“Beijing basically doesn’t want to set a precedent where the U.S. can be allowed to unilaterally flex in this way,” said Kendra Schaefer, head of digital research at the Trivium consultancy in Beijing. “Having some role to play in the decision balances things out a bit.”
Over the weekend, Oracle
Corp. and Walmart Inc. agreed to take 20% of a new U.S.-based entity called TikTok
Global that would ringfence the app’s international
operations and data, said to be worth up to $60 billion. ByteDance
Ltd. appeared to get most of what it wanted, including getting to keep the valuable artificial intelligence algorithms for its short-video app.
That appeared to appease both Donald Trump, who declared victory and called off a ban on TikTok, as well as China’s most nationalistic media. Hu Xijin, the influential editor-in-chief of the Party-run Global Times, said the deal was “still unfair but it avoids the worst result.”
Read more: The Math Doesn’t Add Up on TikTok’s Deal With Oracle
By Monday, signs of trouble emerged. ByteDance
asserted that it would remain in control of TikTok
Global, appearing to contradict Trump’s earlier comments about how Americans would direct the new entity. Oracle
issued a statement backing Trump’s view, and the American president warned he could still torpedo a deal if U.S. parties didn’t have a majority hold.
“They will have nothing to do with it, and if they do, we just won’t make the deal,” Trump said, referring to ByteDance, which owns TikTok. “It’s going to be controlled, totally controlled by Oracle, and I guess they’re going public and they’re buying out the rest of it -- they’re buying out a lot, and if we find that they don’t have total control then we’re not going to approve the deal.”
On Wednesday, two of China’s most prominent state-backed media mouthpieces denounced the deal.
“What the United States has done to TikTok is almost the same as a gangster forcing an unreasonable and unfair business deal on a legitimate company,” the state-run China Daily wrote in a Wednesday opinion piece. Hu from the Global Times tweeted that Beijing likely wouldn’t approve the current agreement as it endangered China’s national security.
Read more: Oracle Deal for TikTok in Doubt After Trump, China Remarks
The saga has sparked “complete disbelief” among Chinese leaders, said Gao Zhikai, a former diplomat and translator for late leader Deng Xiaoping who is now chair professor at Soochow University. “China wants to emphasize that the Chinese companies’ legitimate rights cannot be violated without consequences.”
On Wednesday in the U.S., ByteDance
asked a federal judge to stop Trump from implementing a ban on TikTok that is scheduled to begin this weekend.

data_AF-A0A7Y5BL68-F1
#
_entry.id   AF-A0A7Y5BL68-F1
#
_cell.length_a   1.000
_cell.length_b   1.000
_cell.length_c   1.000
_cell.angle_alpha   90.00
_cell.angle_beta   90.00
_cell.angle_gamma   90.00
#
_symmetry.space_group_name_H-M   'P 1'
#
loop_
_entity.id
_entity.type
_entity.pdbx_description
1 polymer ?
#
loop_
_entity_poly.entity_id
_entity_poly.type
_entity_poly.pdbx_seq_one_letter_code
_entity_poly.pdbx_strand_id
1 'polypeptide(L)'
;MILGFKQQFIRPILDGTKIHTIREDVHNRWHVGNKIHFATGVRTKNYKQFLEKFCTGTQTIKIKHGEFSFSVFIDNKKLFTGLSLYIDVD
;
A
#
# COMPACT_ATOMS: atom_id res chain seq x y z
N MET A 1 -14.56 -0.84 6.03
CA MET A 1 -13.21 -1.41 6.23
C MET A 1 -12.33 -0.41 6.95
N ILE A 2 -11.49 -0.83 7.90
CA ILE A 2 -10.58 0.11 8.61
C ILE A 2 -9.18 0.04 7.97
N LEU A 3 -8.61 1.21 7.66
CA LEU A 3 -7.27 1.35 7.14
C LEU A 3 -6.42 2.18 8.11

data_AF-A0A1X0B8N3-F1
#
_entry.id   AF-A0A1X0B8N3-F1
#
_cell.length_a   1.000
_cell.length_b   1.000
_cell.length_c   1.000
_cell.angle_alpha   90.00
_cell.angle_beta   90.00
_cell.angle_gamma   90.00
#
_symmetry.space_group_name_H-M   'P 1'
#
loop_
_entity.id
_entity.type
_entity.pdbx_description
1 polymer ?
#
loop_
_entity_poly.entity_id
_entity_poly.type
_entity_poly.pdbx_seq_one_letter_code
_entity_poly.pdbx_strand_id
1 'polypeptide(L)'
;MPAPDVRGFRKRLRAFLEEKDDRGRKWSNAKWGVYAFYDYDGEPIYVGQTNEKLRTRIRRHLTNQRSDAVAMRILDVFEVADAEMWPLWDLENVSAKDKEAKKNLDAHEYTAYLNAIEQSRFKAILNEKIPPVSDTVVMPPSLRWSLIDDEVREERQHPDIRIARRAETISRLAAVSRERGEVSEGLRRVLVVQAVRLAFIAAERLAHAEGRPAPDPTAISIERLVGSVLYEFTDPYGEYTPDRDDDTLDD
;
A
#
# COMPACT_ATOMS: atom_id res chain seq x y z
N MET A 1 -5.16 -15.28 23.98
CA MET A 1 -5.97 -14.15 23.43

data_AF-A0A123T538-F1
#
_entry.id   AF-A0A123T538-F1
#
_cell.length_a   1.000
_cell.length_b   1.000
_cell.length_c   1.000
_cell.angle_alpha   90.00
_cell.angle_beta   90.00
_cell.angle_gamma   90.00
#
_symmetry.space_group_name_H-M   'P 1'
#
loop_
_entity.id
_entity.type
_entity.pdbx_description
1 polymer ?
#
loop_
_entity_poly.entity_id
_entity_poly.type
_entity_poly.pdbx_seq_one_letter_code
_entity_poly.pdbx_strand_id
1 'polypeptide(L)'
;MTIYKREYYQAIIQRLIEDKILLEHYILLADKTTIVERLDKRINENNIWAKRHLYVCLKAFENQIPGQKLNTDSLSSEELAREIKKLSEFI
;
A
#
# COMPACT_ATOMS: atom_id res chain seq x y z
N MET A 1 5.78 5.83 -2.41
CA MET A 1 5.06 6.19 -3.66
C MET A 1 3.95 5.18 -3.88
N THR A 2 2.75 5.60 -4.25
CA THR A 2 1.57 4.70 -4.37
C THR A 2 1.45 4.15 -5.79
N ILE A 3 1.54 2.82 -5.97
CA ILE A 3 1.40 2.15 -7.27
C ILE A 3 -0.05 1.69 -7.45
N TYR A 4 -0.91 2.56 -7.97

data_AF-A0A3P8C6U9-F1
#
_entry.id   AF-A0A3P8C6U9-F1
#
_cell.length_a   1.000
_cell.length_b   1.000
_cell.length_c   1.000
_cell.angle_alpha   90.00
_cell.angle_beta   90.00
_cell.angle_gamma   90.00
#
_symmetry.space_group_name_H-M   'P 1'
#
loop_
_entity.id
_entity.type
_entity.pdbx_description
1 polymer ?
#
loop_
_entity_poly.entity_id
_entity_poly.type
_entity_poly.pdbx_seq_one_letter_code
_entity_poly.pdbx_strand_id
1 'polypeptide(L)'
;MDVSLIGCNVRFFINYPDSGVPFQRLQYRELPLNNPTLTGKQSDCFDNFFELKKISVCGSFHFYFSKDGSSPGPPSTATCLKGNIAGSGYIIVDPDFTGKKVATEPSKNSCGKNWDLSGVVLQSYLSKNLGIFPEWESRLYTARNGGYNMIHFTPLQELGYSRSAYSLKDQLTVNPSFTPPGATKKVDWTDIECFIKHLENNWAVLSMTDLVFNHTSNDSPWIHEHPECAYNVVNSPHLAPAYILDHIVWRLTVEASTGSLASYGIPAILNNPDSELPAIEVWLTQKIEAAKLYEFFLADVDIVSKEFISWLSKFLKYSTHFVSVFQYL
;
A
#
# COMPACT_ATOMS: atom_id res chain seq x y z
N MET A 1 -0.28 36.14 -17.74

It’s unheard of for the major parties to a mega-deal to diverge so drastically on its basic contours. While Trump has yet to give his final sign-off and the deal therefore remains in flux, Beijing will intervene if it feels ByteDance risks giving up too much, Trivium said in a Tuesday note.
How exactly that would happen is unclear. The Commerce Ministry or the Ministry of Science and Technology could step in if they have concerns over technology transfer. Several others could get involved for antitrust issues. And reservations around national security could involve any body from the State Council or cabinet on down.
“The decision could be well out of the hands of the Ministry of Commerce and decided by top leadership from both sides,” said Xu Ke, a law professor at the University of International
Business and Economics. “The TikTok case needs to be seen in the context of the trade war, tech decoupling and wider competition on technology between China and the U.S.”
While Treasury Secretary Steven Mnuchin remains confident that Trump will sign off on the transaction, U.S. national security officials are raising concerns that the data of American TikTok users would remain with a Chinese company, Bloomberg reported. TikTok’s algorithm could also potentially still be used to influence public opinion -- particularly ahead of the Nov. 3 elections.
China is getting ready to hit back. The Commerce Ministry on Saturday said it could restrict trade, investment and visas for companies
on an “unreliable entity list” without naming anyone specifically.
How Blacklisting ‘Entities’ Became a Trade War Weapon: QuickTake
It’s still possible a deal gets done. ByteDance has made clear its AI technology remains in Chinese hands, while TikTok’s data on more than 100 million Americans will be stored by Oracle on U.S. servers.
Now it appears to be more a question of the political feasibility, both for Trump and Xi.
China’s leaders “don’t want to play in favor of Trump for nothing,” said Ding Chenling, a tech entrepreneur who said he has known ByteDance founder Zhang Yiming for over five years. “That will also anger nationalists in China.”
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